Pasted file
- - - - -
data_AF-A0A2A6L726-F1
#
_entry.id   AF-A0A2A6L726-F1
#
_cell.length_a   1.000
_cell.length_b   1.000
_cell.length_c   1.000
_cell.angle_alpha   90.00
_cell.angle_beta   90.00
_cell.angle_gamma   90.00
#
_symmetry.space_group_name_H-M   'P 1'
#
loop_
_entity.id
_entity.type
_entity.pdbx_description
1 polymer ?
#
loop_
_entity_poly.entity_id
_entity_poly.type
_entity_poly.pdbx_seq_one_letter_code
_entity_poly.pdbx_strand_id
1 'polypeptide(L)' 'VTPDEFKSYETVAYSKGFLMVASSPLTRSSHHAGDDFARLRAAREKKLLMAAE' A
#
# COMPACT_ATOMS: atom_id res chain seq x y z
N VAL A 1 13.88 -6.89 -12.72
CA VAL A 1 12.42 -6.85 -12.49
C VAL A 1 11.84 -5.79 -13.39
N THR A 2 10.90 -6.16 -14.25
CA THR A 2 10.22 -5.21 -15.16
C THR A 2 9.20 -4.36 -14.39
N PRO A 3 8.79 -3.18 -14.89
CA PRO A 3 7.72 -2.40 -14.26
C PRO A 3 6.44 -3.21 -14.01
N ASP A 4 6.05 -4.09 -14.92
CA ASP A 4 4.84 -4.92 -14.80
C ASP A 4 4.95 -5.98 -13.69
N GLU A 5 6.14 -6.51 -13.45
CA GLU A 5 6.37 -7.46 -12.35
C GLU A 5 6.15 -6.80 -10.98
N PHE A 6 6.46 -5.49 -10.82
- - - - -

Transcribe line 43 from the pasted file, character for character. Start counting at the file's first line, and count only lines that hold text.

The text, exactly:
N PHE A 6 6.46 -5.49 -10.82